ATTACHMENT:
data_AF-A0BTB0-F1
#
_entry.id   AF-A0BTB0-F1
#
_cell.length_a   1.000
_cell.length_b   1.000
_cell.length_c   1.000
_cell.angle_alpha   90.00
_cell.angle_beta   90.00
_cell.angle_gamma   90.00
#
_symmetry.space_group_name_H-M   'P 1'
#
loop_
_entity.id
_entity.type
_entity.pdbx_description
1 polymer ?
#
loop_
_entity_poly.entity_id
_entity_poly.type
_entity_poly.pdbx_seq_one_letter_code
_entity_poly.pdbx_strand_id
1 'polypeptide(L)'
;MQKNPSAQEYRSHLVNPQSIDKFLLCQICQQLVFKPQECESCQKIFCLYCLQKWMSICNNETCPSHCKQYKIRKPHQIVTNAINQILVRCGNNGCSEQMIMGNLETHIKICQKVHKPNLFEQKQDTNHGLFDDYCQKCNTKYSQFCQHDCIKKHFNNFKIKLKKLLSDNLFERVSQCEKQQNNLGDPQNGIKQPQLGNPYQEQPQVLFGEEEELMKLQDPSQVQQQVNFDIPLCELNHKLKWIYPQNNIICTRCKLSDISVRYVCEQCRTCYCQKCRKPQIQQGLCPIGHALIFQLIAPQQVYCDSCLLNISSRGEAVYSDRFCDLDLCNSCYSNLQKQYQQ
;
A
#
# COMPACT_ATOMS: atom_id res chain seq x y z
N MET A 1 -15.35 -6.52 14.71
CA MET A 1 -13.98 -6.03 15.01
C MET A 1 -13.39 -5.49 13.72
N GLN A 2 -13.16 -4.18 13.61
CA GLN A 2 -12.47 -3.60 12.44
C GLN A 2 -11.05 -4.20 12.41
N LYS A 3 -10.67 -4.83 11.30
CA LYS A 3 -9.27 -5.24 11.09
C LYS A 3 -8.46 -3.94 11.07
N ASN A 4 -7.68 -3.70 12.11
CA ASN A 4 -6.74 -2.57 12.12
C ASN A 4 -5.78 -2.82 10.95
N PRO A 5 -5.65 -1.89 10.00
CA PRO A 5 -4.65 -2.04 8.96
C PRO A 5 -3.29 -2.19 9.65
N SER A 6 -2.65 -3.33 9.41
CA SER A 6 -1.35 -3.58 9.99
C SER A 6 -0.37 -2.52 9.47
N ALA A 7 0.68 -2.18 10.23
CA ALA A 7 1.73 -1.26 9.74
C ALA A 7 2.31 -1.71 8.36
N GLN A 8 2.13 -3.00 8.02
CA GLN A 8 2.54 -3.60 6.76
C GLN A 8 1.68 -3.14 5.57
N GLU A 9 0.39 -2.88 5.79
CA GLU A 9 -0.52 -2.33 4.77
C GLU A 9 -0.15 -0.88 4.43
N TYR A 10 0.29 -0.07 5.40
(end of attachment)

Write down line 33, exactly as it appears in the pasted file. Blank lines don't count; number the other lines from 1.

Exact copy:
C MET A 1 -13.39 -5.49 13.72